They’re Built Well!

The Razorlite 393rl kayak has rigid plastic molds at the bow and stern so it cuts over choppy waters better than typical inflatable kayaks.  The one downside to the rigid plastic bow and stern is that it makes it trickier to fold back up tightly, but its a sacrifice that’s worth it. As for the HB96 Paddleboard, they did a great job thinking through HOW paddleboarders will use this, and had many built-in features we liked. Like the floor pad, for instance. You’ll spend time on your knees on any SUP, so the comfortable and grippy pad on this one is much appreciated. The paddle pocket, which is close to brilliant, means you can tuck the paddle right into the board and carry the whole thing in one hand…which is super convenient. There’s also D-rings and bungee cords for storing gear or attaching a seat. For more on the features we liked, watch the video!


They’re a Screaming Good Deal!

Full disclosure here; we haven’t purchased these yet, we’ve just had them on loan with an agreement to return them at the end of our test period. But we’ve seen the listed prices and like what we see. For the quality build of these boats, the prices seem very reasonable. And if you’re a leisurely sort of boater like us, you likely don’t want to spend a ton on something we’ll only use occasionally. So yeah, with a great price and a great quality, these just might end up being permanent fixtures in the Fit RV toybox. I’m already sad thinking about having to return the SUP, I’ve grown to love that thing.  With the kayak though we’re still torn between which model fits our kayak style better; this Razorlite or the Explorer 300x. Will keep you updated on what we decide!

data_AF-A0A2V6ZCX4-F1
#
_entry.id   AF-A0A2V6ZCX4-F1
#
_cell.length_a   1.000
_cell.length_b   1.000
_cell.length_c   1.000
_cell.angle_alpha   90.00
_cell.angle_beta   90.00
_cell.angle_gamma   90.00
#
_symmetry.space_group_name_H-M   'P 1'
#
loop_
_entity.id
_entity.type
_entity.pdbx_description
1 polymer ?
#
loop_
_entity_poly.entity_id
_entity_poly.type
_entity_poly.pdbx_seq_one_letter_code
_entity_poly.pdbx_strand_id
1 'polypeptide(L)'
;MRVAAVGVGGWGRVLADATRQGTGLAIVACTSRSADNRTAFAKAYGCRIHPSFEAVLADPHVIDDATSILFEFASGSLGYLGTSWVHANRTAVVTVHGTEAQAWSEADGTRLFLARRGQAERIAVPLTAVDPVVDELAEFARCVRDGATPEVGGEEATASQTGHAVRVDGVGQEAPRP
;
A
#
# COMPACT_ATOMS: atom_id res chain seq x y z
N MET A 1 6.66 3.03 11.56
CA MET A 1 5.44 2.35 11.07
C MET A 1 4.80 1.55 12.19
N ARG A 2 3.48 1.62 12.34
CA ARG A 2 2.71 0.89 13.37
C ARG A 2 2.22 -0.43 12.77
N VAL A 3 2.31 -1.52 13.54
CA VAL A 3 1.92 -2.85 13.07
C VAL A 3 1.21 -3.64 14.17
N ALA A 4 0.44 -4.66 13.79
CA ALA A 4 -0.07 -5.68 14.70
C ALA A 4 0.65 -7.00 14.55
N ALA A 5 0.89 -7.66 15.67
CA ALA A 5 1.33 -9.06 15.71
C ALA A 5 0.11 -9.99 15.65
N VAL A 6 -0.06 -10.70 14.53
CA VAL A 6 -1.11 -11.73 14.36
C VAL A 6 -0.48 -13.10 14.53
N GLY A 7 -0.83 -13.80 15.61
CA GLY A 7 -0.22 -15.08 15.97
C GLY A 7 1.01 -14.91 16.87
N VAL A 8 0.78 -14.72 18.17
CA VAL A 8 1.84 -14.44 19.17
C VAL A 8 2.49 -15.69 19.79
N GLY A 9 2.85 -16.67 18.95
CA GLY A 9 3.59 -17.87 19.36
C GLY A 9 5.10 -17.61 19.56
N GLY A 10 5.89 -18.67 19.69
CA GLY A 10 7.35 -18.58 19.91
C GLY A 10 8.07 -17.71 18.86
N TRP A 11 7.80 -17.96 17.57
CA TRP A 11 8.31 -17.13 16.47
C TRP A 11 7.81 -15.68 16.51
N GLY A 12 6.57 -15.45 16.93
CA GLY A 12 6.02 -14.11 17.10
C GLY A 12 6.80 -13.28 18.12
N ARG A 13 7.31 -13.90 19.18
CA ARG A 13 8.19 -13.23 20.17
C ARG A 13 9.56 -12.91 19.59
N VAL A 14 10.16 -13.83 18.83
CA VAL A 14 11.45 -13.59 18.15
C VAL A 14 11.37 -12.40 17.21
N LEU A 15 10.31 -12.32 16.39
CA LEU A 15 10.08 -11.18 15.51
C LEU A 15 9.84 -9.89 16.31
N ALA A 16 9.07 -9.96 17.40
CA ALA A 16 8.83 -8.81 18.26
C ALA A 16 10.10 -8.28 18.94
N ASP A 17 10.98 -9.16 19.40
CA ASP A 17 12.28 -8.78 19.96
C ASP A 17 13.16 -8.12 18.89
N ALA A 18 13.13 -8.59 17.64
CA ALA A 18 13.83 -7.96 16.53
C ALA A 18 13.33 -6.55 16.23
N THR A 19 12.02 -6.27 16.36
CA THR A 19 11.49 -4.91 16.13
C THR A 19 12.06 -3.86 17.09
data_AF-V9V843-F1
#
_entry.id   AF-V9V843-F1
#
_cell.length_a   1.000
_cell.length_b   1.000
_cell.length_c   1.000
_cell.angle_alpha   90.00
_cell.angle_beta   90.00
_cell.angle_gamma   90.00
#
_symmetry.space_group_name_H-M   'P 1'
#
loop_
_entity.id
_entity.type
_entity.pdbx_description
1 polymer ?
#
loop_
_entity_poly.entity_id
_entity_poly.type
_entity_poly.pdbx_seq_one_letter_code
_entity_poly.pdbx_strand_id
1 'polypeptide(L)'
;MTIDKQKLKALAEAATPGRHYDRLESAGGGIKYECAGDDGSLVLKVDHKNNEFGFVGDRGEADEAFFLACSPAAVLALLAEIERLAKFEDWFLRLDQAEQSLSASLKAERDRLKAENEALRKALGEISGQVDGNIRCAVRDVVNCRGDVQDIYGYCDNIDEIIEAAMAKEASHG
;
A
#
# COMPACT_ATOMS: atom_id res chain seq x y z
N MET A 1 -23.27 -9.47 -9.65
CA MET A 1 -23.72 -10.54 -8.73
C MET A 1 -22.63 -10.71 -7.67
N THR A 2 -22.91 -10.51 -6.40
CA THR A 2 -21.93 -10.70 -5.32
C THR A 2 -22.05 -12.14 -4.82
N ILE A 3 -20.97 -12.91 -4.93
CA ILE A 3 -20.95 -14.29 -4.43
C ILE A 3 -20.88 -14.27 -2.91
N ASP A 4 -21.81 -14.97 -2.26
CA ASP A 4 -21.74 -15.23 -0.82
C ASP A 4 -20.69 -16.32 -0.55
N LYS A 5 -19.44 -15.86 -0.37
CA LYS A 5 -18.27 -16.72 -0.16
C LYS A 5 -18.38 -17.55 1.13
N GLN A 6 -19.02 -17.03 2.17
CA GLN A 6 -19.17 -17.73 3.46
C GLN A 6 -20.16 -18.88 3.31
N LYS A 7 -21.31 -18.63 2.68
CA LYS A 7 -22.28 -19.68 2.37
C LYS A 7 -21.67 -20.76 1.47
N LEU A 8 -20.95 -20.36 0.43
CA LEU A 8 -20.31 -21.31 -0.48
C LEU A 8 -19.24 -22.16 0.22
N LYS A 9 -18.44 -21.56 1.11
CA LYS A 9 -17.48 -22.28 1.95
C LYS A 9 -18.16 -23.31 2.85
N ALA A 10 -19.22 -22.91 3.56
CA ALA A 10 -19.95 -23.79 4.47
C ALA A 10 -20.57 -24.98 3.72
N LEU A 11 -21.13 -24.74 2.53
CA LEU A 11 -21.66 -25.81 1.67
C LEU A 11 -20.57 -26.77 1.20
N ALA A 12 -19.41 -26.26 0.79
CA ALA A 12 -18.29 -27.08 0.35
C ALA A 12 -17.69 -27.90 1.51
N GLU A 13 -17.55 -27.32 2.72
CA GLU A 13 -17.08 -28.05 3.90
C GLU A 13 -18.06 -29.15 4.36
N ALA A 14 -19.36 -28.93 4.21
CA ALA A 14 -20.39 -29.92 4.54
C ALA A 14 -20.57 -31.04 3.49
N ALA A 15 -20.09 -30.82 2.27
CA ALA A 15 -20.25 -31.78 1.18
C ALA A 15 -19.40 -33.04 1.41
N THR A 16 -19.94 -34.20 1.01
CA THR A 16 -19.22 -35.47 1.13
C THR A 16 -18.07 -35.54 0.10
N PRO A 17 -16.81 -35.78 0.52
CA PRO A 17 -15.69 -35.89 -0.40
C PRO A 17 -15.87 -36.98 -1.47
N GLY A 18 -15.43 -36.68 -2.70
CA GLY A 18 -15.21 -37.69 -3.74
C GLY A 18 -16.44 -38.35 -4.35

In the meantime, check out the video and let us know your thoughts in the comments below!

Happy travels AND happy paddling!


After 15 years as an educator in both the public K-12 setting and the University level in Special Physical Education, Stef made the leap to her true passion… the fitness world. She’s currently a personal trainer and wellness coach specializing in seniors, medical conditions, and injuries. Stef loves running, cycling, and being “Mugga” to her two favorite mini-humans — Punky and Marshmallow. ❤️

    22 thoughts on “Meet the 2 Inflatable Sea Eagle Boats We’ve Been Traveling With

    1. Dave and Annie Kern

      We have a T59K, and we’re looking at the razorlite473tl and had a question. Is it too large to store above the cab when packed in the bag?

      1. James

        I can answer that one. The RazorLite kayaks are compact, but unfortunately not compact enough to fit in that space. (It’s the same size space in our G.)
        Stef’s HB96 though… I would have to go out and check.

    2. Kelvin Ritchie

      We carry two SeaEagles, Razorlite 385 and the FastTrack 385. The FastTrack was our first SeaEagle purchased in 2014. We purchased it so we could paddle solo or tandem. I’m 5’10” close to 200lbs and the wife is about 130lb and 5’6. Like you we are not into overnights or long rows so its good for taking a lunch out for a two hour row. This year we added the Razorlight. It performs so much better than the FastTrack. The Razorlite is like a dolphin compared to a whale. While my wife likes the stability of FastTrack she is coming around to the Razorlight. She is not a strong paddler so when I use the FastTrack I have to paddle harder to keep up with her. The longest distance I have paddled in the Razorlite is about 5 miles. In choppy water or boat wake water so water gets in the boat (as well as the FastTrack), also you get some water in from the paddle.
      The Razorlite is a little heavier than the FastTrack. At times its awkward to carry solo when inflated, awkward to grip. I use the electric pump, set it to 10lbs and it stops automatically at that pressure. I usually inflate to about 9lbs and the heat of the sun will add more pressure. I try to find shade to store the boat when its inflated at the campground during the summer.

      What I don’t like about the Razorlite: